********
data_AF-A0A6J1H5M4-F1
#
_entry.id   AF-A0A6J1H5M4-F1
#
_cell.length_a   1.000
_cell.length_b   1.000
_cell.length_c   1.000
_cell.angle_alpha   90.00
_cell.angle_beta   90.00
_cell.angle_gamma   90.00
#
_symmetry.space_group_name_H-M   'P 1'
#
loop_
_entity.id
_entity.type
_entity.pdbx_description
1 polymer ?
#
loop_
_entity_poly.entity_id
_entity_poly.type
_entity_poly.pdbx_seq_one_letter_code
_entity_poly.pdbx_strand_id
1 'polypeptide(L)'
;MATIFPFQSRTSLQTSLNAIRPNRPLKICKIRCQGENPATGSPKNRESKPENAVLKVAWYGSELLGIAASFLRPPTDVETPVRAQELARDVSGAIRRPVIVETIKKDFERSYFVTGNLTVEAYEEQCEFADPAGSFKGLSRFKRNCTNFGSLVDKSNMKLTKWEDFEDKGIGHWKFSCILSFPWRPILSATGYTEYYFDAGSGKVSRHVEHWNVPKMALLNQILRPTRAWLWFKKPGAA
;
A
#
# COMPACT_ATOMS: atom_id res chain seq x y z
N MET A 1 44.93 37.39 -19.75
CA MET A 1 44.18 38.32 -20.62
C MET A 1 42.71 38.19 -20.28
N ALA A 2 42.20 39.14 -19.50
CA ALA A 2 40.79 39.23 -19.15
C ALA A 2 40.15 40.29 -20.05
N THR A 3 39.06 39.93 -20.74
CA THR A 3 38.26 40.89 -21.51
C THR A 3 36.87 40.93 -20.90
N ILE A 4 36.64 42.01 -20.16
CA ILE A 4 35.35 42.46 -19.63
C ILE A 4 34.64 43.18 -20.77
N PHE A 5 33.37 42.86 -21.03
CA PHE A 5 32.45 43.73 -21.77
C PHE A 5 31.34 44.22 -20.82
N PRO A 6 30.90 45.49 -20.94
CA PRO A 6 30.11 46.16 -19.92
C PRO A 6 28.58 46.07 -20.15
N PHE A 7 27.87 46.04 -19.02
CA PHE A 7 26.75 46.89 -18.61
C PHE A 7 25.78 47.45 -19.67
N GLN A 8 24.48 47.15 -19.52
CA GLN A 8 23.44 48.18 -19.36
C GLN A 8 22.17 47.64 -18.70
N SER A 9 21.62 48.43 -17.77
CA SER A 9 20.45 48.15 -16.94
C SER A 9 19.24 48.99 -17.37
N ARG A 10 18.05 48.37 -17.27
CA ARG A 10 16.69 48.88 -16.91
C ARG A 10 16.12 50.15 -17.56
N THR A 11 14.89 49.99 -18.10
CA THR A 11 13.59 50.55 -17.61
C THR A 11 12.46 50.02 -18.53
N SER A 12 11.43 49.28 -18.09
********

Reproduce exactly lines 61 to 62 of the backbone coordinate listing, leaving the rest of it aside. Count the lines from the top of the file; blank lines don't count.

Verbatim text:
N THR A 11 14.89 49.99 -18.10
CA THR A 11 13.59 50.55 -17.61